By Josette Keelor
WOODSTOCK -- Shenandoah County Public Schools has decided to pursue the option of buying a new chiller for W.W. Robinson Elementary Middle School in Woodstock.
The chiller would replace a 9-year-old unit that cools a portion of the school, including the cafeteria, library and surrounding classrooms. Currently the old chiller is running at 50 percent capacity.
At a Thursday night meeting, the School Board considered other options, including purchasing a refurbished chiller for an amount less than a new unit would cost -- approximately $10,000 or $15,000 less. Ultimately, the board decided it would ask the county Board of Supervisors for funds to buy a new unit.
As School Board Chairman Richard L. Koontz Jr. indicated at a Board of Supervisors meeting Tuesday morning, buying a new unit would instill the School Board with greater confidence that the unit will last longer than the current one has lasted.
Superintendent Jeremy J. Raley explained that the School Board plans to pursue the best bid for purchase and installation, expecting to need a maximum of $125,000 to replace the chiller unit.
"It turned out that water got into the compressor and it died," Raley said. Maybe the current chiller will endure at 50 percent, but he said not replacing the unit would be risky.
"It's been a pretty mild summer, but for some reason, when school gets back in session, it gets hot," he said. "You can count on that."
Raley confirmed the school's current chiller was brand new when it was purchased nine years ago and that it came with a one-year manufactures' warranty. He said the School Board could have opted for a five-year extended warranty at the time, but didn't.
Other points he outlined concerned insurance coverage and tax credits. A refurbished unit will qualify for a $4,000 tax credit, but a new unit will not. Although an insurance reimbursement is a possibility, he said that will depend on the outcome of an investigation by the school's insurance company to determine how the unit broke. and that will take time.
"Insurance is not something that we should count on at this time," Raley told the School Board.
Koontz recommended the School Board ask supervisors for the full $125,000 and plan to set aside any future insurance reimbursements from the project to pay back the county.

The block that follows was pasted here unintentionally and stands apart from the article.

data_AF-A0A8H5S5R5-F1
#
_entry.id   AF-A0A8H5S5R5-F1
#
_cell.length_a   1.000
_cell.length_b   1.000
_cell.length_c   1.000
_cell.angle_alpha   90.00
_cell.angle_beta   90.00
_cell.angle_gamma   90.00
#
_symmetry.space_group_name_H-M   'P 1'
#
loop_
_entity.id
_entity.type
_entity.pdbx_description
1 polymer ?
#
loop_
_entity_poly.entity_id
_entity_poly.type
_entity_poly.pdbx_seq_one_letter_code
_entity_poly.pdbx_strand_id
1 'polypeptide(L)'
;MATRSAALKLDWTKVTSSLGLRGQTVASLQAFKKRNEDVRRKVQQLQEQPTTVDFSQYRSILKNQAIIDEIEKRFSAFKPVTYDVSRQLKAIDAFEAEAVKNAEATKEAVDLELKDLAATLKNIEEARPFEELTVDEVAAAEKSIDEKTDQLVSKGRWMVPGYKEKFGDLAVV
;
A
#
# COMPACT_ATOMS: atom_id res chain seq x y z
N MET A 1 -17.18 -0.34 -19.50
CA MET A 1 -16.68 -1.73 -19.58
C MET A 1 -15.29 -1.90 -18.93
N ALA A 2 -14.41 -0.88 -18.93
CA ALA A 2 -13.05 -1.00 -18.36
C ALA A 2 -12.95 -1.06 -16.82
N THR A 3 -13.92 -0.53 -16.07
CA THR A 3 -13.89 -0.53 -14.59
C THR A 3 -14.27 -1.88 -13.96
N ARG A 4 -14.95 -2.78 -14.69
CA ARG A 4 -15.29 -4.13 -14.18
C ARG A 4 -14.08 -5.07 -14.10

"I think that's just working together in good faith," Koontz said. He suggested developing "a game plan" with supervisors on how to handle future expenses, such as this, that he said cannot be predicted.
Criticized in Tuesday's meeting for its money management decisions, the School Board also addressed county supervisors' concerns, explaining that waiting to act on improvement projects was not an option.
First, Kathryn Holsinger pointed out, there's a time limit on using the funds.
"You cannot hold capital improvement money until June 30 when you have to return the money June 30, and you cannot have cranes putting rooftop units on schools when the kids are there," she said.
Secondly, "If you've ever replaced compressors or other equipment that goes in buildings, you know that it is not a poor warranty, it is what is available," she said. "And unless you want to spend taxpayer money to buy extended warranties that usually aren't worth the money, that is what is available, that's just the way it is."
The majority of the $450,000 the Board of Supervisors approved for capital improvements to schools has been promised and/or already used for security updates to the county's elementary and high schools and for rooftop air conditioning units to two elementary schools and two middle schools, Raley said.
"We work hard to try to project and think about budget needs," he said, "but none of us in this room has a crystal ball. We can't ultimately predict the future."
"We are already committed to some high dollar projects," he said. "Out of $450,000, we have approximately $20,000 left."
Contact staff writer Josette Keelor at 540-465-5137, ext. 176, or email@example.com